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Supreme Court rules Jewels by Park Lane case to be dismissed for improper filing

By Kacie Whaley | Jun 30, 2017

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MONTGOMERY, Ala. (Legal Newsline) – The Alabama Supreme Court of Alabama has dismissed a lawsuit against a jewelry company on the grounds of filing in an improper venue.

Jewels by Park Lane Inc. and its national director, Kathy Cassidy, sought a writ of mandamus requesting that the complaint of a former employee be denied. On June 23, the Supreme Court of Alabama granted their petition and issued the writ on the basis that the plaintiff signed an agreement that bound all legal disputes to Illinois.

The legal battle stemmed from a director agreement entered into on Aug. 4, 2015, by the company and Jennifer Miller to become the company's new executive position of sales vice president. Jewels by Park Lane recruits independent contractors who sell the company's jewelry by hosting parties. The jewelry company was located in Illinois, but Miller lived in Alabama.

Miller sued Jewels by Park Lane and Cassidy on June 7, 2016. She claimed that the company fell through on its agreement to pay her $4,000 per month for a 12-month period. She sought compensatory damages, punitive damages and attorney fees.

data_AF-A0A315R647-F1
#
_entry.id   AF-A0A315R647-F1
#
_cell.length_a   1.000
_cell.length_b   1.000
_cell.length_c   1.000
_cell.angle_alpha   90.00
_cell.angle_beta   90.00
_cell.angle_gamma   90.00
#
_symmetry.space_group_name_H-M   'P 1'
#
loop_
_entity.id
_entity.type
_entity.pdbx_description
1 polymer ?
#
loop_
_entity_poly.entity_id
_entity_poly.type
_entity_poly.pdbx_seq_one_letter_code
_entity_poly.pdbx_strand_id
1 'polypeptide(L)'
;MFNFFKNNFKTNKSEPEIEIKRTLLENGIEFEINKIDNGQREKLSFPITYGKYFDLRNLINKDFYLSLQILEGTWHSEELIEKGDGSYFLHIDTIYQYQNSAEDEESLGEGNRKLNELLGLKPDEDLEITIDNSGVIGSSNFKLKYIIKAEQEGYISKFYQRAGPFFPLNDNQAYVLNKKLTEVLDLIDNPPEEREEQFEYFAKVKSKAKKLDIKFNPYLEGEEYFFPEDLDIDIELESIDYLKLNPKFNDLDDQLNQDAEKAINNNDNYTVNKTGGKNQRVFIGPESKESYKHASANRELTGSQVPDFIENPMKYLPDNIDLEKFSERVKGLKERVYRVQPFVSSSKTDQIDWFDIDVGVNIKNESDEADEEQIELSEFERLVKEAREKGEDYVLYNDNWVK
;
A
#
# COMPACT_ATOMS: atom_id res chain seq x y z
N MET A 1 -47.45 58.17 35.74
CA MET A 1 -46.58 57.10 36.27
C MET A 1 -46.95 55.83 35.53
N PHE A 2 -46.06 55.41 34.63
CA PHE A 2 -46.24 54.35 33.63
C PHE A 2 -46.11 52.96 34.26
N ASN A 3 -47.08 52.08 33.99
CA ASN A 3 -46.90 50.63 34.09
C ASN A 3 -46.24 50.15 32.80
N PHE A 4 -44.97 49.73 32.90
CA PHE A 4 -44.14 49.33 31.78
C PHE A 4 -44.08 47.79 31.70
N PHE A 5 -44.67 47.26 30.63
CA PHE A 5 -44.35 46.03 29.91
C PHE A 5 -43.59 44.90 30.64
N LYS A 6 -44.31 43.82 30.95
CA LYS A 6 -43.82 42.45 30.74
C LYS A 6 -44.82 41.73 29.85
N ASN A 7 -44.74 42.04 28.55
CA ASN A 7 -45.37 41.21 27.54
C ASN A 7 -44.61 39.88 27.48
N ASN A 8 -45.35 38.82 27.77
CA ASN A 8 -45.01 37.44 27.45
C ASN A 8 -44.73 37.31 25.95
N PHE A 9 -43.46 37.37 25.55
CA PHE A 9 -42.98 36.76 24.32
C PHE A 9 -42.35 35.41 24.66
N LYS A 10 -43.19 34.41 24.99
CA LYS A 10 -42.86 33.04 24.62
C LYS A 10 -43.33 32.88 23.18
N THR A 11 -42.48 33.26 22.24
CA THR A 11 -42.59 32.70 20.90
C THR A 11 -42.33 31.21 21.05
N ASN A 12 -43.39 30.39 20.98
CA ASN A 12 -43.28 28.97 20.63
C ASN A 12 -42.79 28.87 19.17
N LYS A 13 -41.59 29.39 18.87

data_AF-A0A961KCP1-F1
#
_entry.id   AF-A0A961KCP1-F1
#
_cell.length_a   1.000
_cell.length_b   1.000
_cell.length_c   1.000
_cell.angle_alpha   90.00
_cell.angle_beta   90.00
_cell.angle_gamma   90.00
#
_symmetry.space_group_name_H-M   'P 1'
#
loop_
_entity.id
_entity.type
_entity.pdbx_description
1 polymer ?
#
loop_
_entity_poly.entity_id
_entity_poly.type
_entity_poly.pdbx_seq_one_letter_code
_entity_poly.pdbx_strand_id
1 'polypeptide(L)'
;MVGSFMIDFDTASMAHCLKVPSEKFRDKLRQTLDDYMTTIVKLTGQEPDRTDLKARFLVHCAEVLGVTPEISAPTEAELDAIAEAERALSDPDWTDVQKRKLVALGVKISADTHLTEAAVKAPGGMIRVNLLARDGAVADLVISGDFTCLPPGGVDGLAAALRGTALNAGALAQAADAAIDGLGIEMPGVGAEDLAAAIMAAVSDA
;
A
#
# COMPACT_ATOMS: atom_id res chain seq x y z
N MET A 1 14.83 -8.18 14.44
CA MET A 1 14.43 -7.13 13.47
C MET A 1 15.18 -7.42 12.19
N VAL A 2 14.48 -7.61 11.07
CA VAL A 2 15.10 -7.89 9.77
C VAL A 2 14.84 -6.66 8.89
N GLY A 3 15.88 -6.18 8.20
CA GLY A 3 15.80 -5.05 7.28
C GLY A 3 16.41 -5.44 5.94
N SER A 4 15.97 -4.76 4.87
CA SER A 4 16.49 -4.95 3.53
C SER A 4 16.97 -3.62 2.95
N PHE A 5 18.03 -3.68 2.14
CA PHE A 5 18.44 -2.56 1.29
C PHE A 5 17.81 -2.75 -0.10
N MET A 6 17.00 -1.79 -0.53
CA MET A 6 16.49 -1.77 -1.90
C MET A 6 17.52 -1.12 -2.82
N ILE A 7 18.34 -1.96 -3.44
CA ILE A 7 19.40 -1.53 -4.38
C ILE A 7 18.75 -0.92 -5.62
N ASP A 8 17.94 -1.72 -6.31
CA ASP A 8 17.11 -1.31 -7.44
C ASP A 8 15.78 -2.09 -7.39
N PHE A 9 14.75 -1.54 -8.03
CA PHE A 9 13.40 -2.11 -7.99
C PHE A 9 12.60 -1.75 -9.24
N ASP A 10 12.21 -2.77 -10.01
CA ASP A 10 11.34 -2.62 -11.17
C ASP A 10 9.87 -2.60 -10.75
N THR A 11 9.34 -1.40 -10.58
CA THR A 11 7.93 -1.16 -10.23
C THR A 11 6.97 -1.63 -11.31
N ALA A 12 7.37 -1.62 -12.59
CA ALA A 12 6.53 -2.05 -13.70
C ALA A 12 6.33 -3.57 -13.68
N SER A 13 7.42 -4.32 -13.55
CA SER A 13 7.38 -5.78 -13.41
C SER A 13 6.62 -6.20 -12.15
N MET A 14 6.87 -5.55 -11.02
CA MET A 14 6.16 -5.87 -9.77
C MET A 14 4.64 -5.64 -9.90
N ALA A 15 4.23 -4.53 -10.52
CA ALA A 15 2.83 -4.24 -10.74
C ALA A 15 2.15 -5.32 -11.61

On Aug. 12, 2016, Jewels by Park Lane and Cassidy filed a motion to dismiss Miller's action due to improper venue. Though Miller had filed the lawsuit in Alabama, the defendants argued that the director agreement that she signed upon working for the company included an outbound forum selection clause that required her to bring the action to Illinois.

A critical piece of the agreement Miller signed read, "Any disputes arising hereunder shall be solely governed by and interpreted in accordance with the laws of the state of Illinois and personal and subject matter jurisdiction is solely vested in the courts of the state of Illinois."

The trial court denied the defendants' motion to dismiss Miller's action. This happened despite the fact that, according to the Supreme Court of Alabama, Miller failed to determine that her action of having to sign the director agreement was unfair.

The Supreme Court concluded that since the defendants have shown that the "venue in the Tallapoosa Circuit Court is, by application of the outbound forum-selection clause, improper," the defendants have a clear legal right to have Miller's case dismissed.

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